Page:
Operation Cyber-Roid Snares Illegal Internet Pharmacy
OCT 26 -- (Chicago) – Gary G. Olenkiewicz, Special Agent in Charge of the Chicago Division of the Drug Enforcement Administration, along with Patrick Fitzgerald, United States Attorney for the Northern District of Illinois, Michael E. Cleary, Special Agent in Charge of the Chicago Field Office of the U.S. Food and Drug Administration Office of Criminal Investigations, and Byram W. Tichenor, Special Agent in Charge of the Internal Revenue Service Criminal Investigation Division in Chicago, announced the arrest of five defendants in two separate criminal cases involving illegal distribution of prescription drugs and anabolic steroids over the internet.
The DEA, along with the FDA and IRS began the investigation in 2005 following a complaint from a Massachusetts man that his son had used his credit card without permission to purchase anabolic steroids over the Internet from PMeds.com.
“For too long a virtual medicine cabinet has been open on the Internet with cyber drug dealers illegally doling out prescription medications. Today we closed shop on one of these rogue Internet pharmacies,” Mr. Olenkiewicz said. “Operation Cyber-Roid was successful due to the cooperative efforts of our partners at the FDA, IRS, and the United States Attorney’s Office. The DEA will continue to work with our law enforcement partners to put an end to the diversion of controlled substances.”
Mr. Cleary said: “This investigation again demonstrates the commitment of FDA’s Office of Criminal Investigations to aggressively pursue, with the cooperation of our law enforcement partners like the DEA and IRS, the illegal distribution of prescription drugs over the Internet by those who greedily place the health and safety of U.S. consumers at risk to line their pockets.”
Six defendants were charged in a criminal complaint with conspiracy to distribute controlled substances, including anabolic steroids, through the website PMeds.com. Gary Calow of Metepec, Mexico, his brother, Larry Calow, of Tinley Park, Illinois, and Ricky Boros also known as Vince Kwiatkowski of Oak Brook, Illinois, formed the Internet pharmacy business PurchaseMeds, Inc., and the website PMeds.com to sell prescription drugs online. According to the criminal complaint, beginning in January 2003, the website took orders from the Calow residence in Tinley Park, forwarded the orders to a site in Metepec, Mexico, and then smuggled anabolic steroids and other controlled substances into the United States for shipment to customers. PMeds also allegedly utilized commercial carriers to ship steroids concealed in electronic equipment and women’s shoes into the United States. Another defendant, Sergio Oliveira of Hoschton, Georgia, supplied PMeds with steroids and other controlled substances from his business in Belize. In return, Gary Calow wire transferred at least $198,703 to Oliveira’s companies between November 12, 2003 and March 23, 2006, for payment of controlled substances and prescription drugs. The complaint further alleges that Randy Soderlund of Tinley Park and Larry Calow’s daughter, Beth Calow, of Hobart, Indiana, processed Internet drug orders at the Tinley Park residence.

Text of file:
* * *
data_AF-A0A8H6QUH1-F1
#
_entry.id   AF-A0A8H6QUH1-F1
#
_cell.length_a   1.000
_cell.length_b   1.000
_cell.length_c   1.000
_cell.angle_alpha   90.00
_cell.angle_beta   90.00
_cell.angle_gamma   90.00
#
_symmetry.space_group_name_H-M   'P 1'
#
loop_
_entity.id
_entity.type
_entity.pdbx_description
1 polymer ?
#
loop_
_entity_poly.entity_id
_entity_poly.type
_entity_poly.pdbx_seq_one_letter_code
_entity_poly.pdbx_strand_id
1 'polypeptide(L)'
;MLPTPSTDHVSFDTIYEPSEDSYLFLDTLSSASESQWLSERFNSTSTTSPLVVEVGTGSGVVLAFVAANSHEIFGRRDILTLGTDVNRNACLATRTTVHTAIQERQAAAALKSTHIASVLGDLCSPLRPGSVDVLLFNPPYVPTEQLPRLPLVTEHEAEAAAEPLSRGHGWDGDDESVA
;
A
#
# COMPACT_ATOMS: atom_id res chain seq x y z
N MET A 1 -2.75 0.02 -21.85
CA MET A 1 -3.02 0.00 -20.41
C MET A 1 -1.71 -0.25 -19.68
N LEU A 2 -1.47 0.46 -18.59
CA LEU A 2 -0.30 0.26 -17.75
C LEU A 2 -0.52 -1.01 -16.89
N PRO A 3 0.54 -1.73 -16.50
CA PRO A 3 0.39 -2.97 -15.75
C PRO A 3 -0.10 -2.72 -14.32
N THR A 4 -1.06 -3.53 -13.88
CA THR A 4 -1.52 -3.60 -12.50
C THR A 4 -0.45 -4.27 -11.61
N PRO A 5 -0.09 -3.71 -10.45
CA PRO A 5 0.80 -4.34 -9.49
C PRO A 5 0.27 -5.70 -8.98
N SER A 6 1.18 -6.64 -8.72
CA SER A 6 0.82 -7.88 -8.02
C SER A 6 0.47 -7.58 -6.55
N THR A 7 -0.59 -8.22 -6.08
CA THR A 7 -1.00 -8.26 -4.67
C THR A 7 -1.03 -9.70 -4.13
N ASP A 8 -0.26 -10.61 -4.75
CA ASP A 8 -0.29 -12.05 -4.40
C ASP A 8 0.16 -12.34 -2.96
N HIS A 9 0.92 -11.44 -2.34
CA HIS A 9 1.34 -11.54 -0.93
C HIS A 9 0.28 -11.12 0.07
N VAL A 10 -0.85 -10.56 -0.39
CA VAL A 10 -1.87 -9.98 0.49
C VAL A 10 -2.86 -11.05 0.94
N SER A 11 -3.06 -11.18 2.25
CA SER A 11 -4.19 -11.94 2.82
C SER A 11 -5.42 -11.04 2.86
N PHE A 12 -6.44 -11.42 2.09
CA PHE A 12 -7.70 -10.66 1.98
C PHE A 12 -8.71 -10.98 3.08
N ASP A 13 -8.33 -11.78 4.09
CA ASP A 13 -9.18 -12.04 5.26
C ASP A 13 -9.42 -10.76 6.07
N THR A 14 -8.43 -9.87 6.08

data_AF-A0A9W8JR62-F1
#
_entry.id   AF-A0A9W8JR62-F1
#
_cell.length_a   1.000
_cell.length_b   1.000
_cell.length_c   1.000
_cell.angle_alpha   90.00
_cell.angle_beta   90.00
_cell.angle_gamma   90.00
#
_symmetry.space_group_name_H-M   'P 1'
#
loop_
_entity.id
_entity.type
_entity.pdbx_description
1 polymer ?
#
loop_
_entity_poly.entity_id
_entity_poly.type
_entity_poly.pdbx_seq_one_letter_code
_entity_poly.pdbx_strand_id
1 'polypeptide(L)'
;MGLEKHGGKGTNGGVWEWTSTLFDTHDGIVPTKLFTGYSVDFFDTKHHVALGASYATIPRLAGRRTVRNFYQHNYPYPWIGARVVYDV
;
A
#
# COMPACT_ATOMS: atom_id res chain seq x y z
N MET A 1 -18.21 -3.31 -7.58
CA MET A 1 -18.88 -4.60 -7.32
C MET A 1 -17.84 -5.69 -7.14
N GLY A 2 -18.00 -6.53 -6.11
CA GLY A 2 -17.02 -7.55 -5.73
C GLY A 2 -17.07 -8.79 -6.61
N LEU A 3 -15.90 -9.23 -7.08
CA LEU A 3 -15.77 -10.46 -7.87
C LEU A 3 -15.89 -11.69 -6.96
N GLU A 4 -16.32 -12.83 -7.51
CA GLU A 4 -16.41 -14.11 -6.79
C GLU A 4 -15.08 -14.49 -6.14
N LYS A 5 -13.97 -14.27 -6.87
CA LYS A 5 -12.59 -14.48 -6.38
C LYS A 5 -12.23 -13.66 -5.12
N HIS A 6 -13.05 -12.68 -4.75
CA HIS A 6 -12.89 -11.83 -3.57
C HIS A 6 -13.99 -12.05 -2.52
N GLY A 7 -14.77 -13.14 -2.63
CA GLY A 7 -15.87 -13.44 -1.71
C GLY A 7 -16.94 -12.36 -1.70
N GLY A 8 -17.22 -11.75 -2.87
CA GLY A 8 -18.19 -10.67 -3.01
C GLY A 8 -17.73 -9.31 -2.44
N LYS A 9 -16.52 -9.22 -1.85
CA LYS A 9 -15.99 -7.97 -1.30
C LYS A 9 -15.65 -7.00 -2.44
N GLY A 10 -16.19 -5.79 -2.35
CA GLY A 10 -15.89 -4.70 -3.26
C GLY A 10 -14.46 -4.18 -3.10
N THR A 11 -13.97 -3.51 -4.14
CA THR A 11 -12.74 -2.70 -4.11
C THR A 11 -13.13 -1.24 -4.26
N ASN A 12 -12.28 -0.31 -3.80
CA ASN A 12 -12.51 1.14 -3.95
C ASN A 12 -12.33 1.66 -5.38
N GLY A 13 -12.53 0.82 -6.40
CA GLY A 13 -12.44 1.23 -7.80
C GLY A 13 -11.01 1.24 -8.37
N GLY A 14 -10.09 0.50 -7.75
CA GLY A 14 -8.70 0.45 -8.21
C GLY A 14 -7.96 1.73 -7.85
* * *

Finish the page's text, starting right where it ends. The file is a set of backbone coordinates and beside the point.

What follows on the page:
Also charged in the conspiracy is Garishkumar Ray, also known as Garish Ray of Glenview, Illinois, who is charged together with Sam Soans, of India, in a related criminal complaint. Ray and Soans are charged with conspiracy to distribute prescription drugs other than for a legitimate medical purpose. In addition, Ray and Soans were charged with obtaining and dispensing controlled substances with a fictitious or expired DEA registration number. Ray is the CEO and president of Dawn National Pharmacy (DNP) and Soans is the marketing manager of the website dnrxpharmacy.com. On occasion, DNP filled drug orders for the Calow brothers, who operated the PMEds website. DEA records show that DNP obtained 101,600 dosage units of hydrocodone, the generic name for Vicodine, between January and October 2006, without a valid DEA registration number. Ray and Soans regularly dispensed controlled substances, including hydrocodone, over the Internet without a valid doctor’s prescription by utilizing doctors located in Puerto Rico to approve prescriptions without contact with patients.
The case is being prosecuted by Assistant United States Attorney Matthew M. Schneider.
If convicted, the counts of conspiracy to distribute anabolic steroids or other Schedule III controlled substances carry a maximum penalty of five years in prison and a $250,000.00 fine. Ray and Soans face a maximum penalty of four years in prison on the charges of obtains and dispensing controlled substances with a fictitious or expired DEA registration number. The Court, however, would determine the appropriate sentence to be imposed.